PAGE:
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The One Role That Changed The Course Of Betty White's Career Forever

Over the course of a remarkable nine decades and spanning everything from film and television to radio, Betty White built an illustrious career. 

Her comedic timing, razor-sharp wit, and undeniable charm made her one of the most recognizable and well-loved faces in all of Hollywood. Working well into the 2010s, she earned herself a spot in the Guinness Book of World Records as the Longest Running TV Career for an Entertainer (Female) (via Today). White received five Emmy Awards, three American Comedy Awards, three Screen Actors Guild Awards, and a Grammy Award throughout this career (via IMDb). She even landed a star on the Hollywood Walk of Fame, and The Television Hall of Fame honored her with an induction in 1995 alongside Michael Landon and Dick Van Dyke.

With such a long and illustrious career, it is difficult to pinpoint exactly which role was the one that made her a star. Which of these iconic TV series changed the course of her career?

Mary Tyler Moore made her a multi-award winner

While many of today's fans were likely introduced to Betty White as the absent-minded and flighty Rose on "The Golden Girls," her star was already all but cemented on the Hollywood Walk of Fame when that series premiered in 1985. The pre-"Golden Girls" fans knew her well from the decade before when she appeared on "The Mary Tyler Moore Show" as the brazen and flirtatious Sue Ann Nivens. If you only knew White from her role as Rose, it may surprise you to know that she played a character more similar to Blanche (Rue McClanahan) a decade earlier.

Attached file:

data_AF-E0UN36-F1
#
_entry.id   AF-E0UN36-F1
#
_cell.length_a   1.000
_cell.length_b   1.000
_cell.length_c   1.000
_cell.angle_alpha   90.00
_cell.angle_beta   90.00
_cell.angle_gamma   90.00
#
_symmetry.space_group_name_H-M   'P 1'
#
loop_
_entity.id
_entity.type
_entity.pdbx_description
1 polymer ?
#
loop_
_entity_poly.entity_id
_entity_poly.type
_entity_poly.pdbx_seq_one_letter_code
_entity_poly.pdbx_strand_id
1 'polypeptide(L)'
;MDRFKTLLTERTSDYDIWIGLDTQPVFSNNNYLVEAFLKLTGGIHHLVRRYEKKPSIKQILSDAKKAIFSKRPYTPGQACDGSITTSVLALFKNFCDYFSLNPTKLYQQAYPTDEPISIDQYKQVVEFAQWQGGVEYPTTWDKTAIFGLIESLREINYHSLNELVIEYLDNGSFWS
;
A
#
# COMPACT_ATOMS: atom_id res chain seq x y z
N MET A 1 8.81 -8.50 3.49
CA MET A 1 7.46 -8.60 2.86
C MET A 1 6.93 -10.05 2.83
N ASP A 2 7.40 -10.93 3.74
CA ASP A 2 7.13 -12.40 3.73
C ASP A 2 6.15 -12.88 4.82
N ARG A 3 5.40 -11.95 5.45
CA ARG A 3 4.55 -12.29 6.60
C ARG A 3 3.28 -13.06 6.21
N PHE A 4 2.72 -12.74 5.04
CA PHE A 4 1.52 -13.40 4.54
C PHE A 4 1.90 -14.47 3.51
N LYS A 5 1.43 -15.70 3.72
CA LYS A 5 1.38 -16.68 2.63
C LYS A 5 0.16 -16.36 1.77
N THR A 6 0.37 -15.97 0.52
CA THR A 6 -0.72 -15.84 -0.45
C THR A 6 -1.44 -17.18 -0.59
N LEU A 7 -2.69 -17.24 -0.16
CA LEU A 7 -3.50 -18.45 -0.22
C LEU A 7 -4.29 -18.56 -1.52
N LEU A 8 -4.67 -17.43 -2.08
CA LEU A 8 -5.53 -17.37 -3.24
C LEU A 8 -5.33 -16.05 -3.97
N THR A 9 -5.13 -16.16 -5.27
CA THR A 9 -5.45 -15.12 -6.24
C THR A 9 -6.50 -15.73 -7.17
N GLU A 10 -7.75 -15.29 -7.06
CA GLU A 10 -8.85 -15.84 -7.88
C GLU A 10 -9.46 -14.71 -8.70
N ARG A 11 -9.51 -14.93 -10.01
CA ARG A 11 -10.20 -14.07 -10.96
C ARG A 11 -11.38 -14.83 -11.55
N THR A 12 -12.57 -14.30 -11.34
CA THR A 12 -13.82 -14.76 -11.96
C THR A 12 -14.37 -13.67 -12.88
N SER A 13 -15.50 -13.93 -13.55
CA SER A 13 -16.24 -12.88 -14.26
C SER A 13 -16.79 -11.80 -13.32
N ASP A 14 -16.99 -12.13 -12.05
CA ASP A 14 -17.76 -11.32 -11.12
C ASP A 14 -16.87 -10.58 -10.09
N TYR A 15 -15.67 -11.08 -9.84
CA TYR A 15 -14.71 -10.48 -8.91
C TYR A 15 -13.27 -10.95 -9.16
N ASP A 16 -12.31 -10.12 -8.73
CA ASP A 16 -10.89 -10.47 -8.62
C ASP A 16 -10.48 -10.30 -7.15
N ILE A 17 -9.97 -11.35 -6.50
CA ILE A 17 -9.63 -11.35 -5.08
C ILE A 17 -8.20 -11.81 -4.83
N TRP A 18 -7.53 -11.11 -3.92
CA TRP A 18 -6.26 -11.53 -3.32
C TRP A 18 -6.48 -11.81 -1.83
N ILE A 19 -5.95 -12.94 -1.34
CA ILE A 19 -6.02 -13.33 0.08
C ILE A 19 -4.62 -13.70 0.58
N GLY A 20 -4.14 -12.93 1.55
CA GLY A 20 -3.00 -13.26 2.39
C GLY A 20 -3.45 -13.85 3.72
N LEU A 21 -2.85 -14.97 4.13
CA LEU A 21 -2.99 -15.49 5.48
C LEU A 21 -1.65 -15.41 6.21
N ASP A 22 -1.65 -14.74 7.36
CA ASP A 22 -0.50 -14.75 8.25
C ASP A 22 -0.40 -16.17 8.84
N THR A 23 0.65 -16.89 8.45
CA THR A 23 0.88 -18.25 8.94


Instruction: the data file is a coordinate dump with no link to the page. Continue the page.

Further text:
Nivens was the sweet, lovable host of the fictional "The Happy Homemaker" show on "The Mary Tyler Moore Show." Or, at least, that was her TV persona. Off-camera, Nivens was more akin to the types of comedic roles we've seen from White in recent years: full of sexual innuendos and quick with a pointed (but always funny) insult. 

Her run as Nivens spanned 45 episodes over four seasons and earned her back-to-back Emmy Awards. While Rose may be her most iconic role to many, Sue Ann displayed the staying power and the prowess that could have landed her gig on "The Golden Girls." When White was asked by Oprah to name her favorite role she ever played, the first name that came to mind was Sue Ann Nivens.